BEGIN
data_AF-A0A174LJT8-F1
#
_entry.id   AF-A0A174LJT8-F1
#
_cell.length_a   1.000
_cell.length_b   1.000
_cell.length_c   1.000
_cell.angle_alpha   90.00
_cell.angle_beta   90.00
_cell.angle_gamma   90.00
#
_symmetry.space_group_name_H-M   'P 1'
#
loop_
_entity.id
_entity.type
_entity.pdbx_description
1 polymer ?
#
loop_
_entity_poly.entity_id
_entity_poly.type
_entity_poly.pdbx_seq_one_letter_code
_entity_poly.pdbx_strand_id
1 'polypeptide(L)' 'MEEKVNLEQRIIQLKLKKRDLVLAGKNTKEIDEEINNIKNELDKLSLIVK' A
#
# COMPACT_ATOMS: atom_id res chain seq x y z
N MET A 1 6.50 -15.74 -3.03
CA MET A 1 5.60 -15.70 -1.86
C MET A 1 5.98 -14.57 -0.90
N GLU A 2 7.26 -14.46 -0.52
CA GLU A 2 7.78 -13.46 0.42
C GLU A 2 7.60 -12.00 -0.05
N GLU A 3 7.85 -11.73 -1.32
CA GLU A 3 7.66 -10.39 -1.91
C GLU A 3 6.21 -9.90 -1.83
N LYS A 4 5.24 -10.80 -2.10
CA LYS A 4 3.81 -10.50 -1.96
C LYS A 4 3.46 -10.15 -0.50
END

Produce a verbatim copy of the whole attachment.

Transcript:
data_AF-A0A174LJT8-F1
#
_entry.id   AF-A0A174LJT8-F1
#
_cell.length_a   1.000
_cell.length_b   1.000
_cell.length_c   1.000
_cell.angle_alpha   90.00
_cell.angle_beta   90.00
_cell.angle_gamma   90.00
#
_symmetry.space_group_name_H-M   'P 1'
#
loop_
_entity.id
_entity.type
_entity.pdbx_description
1 polymer ?
#
loop_
_entity_poly.entity_id
_entity_poly.type
_entity_poly.pdbx_seq_one_letter_code
_entity_poly.pdbx_strand_id
1 'polypeptide(L)' 'MEEKVNLEQRIIQLKLKKRDLVLAGKNTKEIDEEINNIKNELDKLSLIVK' A
#
# COMPACT_ATOMS: atom_id res chain seq x y z
N MET A 1 6.50 -15.74 -3.03
CA MET A 1 5.60 -15.70 -1.86
C MET A 1 5.98 -14.57 -0.90
N GLU A 2 7.26 -14.46 -0.52
CA GLU A 2 7.78 -13.46 0.42
C GLU A 2 7.60 -12.00 -0.05
N GLU A 3 7.85 -11.73 -1.32
CA GLU A 3 7.66 -10.39 -1.91
C GLU A 3 6.21 -9.90 -1.83
N LYS A 4 5.24 -10.80 -2.10
CA LYS A 4 3.81 -10.50 -1.96
C LYS A 4 3.46 -10.15 -0.50